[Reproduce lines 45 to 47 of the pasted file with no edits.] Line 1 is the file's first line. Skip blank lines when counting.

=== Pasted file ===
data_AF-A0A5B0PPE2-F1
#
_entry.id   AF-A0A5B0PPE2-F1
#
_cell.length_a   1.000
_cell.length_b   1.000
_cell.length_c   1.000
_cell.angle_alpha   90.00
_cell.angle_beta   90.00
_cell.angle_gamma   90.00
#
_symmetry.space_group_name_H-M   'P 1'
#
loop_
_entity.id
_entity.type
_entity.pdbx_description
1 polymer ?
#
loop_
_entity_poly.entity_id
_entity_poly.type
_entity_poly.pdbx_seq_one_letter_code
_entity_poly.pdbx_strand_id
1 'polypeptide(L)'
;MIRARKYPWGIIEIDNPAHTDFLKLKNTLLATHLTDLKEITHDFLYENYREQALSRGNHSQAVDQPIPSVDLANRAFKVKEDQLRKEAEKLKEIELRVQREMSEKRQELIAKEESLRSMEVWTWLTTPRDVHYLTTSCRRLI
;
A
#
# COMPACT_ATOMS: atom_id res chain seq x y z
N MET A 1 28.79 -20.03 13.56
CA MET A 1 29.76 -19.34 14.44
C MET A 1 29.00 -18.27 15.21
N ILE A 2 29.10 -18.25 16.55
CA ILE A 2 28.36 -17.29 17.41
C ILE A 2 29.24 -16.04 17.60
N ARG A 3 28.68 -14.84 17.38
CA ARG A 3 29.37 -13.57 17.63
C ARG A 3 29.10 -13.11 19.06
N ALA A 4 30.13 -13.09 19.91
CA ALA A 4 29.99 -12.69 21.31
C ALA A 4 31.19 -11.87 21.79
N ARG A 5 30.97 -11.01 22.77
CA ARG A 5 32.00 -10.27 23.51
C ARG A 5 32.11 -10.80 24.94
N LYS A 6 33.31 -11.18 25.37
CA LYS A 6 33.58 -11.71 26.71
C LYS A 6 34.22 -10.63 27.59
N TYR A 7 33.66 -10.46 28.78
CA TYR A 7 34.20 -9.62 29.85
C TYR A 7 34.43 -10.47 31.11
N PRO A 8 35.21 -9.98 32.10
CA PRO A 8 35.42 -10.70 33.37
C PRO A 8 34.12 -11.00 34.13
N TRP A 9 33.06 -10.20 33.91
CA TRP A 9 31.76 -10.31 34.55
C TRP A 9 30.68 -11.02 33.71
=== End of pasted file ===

C ARG A 5 32.11 -10.80 24.94
N LYS A 6 33.31 -11.18 25.37
CA LYS A 6 33.58 -11.71 26.71